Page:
Presentation on theme: "ART and AESTHETICS ACROSS CULTURES"— Presentation transcript:
1ART and AESTHETICS ACROSS CULTURES Lecture 19ARTandAESTHETICS ACROSS CULTURES
2People express themselves creatively in dance, music, song, painting, sculpture, etc. Hunters and gatherers have been painting and carving for thousands of years. Only recently, since they have entered the Western ‘art world’, these people became involved in the production of art.Hunters and gatherers of the past were painting and carving, but they were not ‘producing art’.
3Indeed, many native cultures are lacking the word for ‘art’ or ‘aesthetics’. Perhaps because art in societies with relatively little specialisation, is often an integral part of religious, social and political life.But even without the word people associate with aesthetic experience – sense of beauty, harmony, pleasure.
4What is art?Art – ‘the quality, production, expression, or realm of what is beautiful or of more than ordinary significance; the class of objects subject to aesthetic criteria”.Evocative quality of art. But what is evocative in one culture, might be not evocative in the other.Art is more than an attempt by an individual to express or communicate feelings and ideas. There is also some cultural patterning or meaning.
5Several qualities of art It expresses as well as communicatesIt stimulates the sense, affects emotions, and evokes ideas.It is produced in culturally patterned ways and styles.It has cultural meaning.Some people are better at it than the others. But in many societies people who do art are not full-time specialists.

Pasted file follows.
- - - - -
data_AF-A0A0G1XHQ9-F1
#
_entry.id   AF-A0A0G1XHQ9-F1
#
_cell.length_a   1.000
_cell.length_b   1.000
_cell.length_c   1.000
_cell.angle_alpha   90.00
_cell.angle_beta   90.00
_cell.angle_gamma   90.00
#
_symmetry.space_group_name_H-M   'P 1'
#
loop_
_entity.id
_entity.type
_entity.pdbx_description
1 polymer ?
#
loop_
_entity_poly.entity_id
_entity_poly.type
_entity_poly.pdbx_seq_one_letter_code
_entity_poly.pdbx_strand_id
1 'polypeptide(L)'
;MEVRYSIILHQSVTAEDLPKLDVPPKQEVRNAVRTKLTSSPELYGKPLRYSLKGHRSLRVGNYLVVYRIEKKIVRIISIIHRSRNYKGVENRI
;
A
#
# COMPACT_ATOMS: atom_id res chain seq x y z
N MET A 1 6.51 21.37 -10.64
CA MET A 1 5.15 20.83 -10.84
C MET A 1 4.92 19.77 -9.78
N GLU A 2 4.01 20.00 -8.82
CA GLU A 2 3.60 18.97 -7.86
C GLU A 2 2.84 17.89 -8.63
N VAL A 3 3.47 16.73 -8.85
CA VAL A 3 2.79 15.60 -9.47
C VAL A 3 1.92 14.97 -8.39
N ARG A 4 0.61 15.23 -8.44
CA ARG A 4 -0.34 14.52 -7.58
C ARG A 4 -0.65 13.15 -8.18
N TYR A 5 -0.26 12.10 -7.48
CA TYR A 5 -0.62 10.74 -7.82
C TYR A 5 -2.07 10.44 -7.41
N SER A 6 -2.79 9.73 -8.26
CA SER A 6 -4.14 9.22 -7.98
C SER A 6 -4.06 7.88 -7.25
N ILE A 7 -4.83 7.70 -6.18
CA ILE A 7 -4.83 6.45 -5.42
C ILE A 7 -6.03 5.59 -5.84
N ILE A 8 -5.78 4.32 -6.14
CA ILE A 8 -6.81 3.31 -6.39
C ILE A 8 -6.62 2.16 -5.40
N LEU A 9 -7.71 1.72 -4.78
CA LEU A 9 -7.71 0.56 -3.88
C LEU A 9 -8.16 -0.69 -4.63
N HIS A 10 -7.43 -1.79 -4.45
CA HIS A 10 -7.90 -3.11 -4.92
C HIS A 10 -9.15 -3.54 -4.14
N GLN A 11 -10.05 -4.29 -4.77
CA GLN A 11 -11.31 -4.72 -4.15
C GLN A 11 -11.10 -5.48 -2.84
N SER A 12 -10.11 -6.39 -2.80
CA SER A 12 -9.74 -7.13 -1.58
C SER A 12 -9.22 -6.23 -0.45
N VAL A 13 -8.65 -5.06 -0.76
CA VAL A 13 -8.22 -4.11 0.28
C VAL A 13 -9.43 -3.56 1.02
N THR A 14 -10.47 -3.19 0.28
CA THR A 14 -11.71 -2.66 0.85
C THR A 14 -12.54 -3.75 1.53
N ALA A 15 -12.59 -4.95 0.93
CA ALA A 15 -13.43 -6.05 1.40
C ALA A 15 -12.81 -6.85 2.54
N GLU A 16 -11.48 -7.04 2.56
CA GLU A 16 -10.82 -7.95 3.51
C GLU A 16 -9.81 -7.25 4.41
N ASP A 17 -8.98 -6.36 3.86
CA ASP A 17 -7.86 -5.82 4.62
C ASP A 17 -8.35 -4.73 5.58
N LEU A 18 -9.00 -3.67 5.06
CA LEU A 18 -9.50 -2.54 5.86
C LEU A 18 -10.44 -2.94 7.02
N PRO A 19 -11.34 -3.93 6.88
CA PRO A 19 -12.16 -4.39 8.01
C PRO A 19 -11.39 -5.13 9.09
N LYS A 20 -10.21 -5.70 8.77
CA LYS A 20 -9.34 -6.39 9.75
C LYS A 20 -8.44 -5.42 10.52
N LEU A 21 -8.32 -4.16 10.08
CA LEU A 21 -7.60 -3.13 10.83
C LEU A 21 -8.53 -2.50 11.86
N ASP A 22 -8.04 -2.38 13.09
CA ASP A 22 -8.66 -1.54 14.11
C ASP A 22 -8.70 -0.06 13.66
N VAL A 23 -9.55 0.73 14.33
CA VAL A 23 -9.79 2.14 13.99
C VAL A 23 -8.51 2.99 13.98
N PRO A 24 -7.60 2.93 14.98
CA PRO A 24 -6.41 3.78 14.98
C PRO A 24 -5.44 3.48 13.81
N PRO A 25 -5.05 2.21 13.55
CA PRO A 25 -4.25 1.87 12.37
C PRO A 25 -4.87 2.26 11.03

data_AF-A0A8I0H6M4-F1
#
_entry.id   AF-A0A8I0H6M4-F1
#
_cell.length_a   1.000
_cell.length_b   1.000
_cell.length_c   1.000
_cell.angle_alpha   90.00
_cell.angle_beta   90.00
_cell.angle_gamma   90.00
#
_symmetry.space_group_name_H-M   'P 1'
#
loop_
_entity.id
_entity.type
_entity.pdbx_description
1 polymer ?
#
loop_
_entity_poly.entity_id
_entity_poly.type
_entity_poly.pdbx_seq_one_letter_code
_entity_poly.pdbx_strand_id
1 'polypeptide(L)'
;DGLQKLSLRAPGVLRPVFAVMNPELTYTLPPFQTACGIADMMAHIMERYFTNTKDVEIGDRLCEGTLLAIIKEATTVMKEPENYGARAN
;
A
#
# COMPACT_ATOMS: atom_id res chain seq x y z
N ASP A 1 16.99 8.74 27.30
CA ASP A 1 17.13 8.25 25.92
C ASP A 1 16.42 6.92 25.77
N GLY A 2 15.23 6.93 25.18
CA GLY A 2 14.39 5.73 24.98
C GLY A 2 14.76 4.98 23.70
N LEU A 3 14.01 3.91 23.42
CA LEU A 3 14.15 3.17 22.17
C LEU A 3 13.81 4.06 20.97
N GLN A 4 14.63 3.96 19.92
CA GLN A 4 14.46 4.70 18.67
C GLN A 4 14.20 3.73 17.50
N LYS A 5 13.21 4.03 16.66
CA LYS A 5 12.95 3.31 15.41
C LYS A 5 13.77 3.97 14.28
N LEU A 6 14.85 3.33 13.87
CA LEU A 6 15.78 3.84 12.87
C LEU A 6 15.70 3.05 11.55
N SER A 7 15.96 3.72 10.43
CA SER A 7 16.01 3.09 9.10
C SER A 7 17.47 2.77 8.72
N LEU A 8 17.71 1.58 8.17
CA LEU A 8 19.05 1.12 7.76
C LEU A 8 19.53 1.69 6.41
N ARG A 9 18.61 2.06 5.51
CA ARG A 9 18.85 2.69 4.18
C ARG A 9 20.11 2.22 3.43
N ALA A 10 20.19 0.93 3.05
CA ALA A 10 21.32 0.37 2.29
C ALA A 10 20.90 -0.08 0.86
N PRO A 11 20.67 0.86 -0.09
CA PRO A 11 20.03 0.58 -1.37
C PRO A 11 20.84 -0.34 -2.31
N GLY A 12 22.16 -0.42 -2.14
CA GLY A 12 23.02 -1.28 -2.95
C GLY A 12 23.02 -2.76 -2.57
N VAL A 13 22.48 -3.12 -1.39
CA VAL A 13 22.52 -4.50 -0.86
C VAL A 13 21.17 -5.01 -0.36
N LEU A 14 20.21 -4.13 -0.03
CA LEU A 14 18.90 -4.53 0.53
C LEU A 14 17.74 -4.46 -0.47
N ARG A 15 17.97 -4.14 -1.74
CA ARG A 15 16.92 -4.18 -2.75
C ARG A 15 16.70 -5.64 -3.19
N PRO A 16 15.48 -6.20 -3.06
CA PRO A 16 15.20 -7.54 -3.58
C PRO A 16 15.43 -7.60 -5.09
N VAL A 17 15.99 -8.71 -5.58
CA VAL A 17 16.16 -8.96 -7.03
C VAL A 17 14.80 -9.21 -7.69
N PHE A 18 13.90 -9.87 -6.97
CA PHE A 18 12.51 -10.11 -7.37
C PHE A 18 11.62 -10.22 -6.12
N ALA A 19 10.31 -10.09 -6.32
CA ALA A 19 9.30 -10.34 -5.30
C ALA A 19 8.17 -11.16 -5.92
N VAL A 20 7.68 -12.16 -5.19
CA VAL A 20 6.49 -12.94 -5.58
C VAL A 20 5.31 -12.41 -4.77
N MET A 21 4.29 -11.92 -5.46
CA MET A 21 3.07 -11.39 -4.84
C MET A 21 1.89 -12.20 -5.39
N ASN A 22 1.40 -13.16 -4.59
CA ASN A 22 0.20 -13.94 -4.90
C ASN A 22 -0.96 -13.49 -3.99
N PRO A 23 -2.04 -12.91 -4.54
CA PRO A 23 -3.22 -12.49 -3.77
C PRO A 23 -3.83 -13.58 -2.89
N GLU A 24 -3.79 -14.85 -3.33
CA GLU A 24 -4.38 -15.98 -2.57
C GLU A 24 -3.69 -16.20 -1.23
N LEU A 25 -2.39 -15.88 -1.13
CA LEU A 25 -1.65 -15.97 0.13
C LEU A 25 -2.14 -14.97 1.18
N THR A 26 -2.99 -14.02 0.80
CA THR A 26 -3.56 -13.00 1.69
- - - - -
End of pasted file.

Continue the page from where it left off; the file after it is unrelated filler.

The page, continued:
6In the 19th century , art was one of the concepts used to exclude people from civilization and to distance them from European culture.However just as art could be used to distance ‘other’ people from civilised Europeans, it can be used as a rhetorical device to include them within a world culture.
7Definition of art“Those things are considered to be art which are made by human beings in any visual medium, where production requires a relatively high level of skill on the part of their maker, skill being measured when possible according to the standards traditionally used in the maker’s society” (Anderson 1979:11)Art from Old French (ars) meaning skill.
8What are some ideas about art in Western society? Anything useful is not art. BUT: totem poles for practical use (to support the dwelling); beautifully embroidered boots or parkas are to keep people warm.To be considered art, a work must be unique. An artist should be original. BUT: in some societies the ability to replicate a traditional pattern is more valued than originality.
9Visual art as social organisation Materials that are used for artistic creations mirror natural and social environmentMaterials by no means determine what is done: sand in Japan and AustraliaSocial stratification of a society
10Stylistic features of art Art as social fantasy: artistic response to those conditions in a society that brings security and pleasure.Elements of design are related to the presence of social hierarchy.Stylistic features of art
11Repetition of a simple element in egalitarian societies. Empty space represents relative isolation of a societySymmetry suggests likenessLack of enclosed designs may indicate lack of idea of private property
12Indigenous art and museums How Western museums and art critics look at the visual art of native cultures? ‘By their things we shall know them’ remains one premise of representing indigenous art‘Nameless’‘Timeless’Primitive artTourist art
13Indigenous people should represent themselves, rather than be represented by others. Anthropologists are no translators of culture.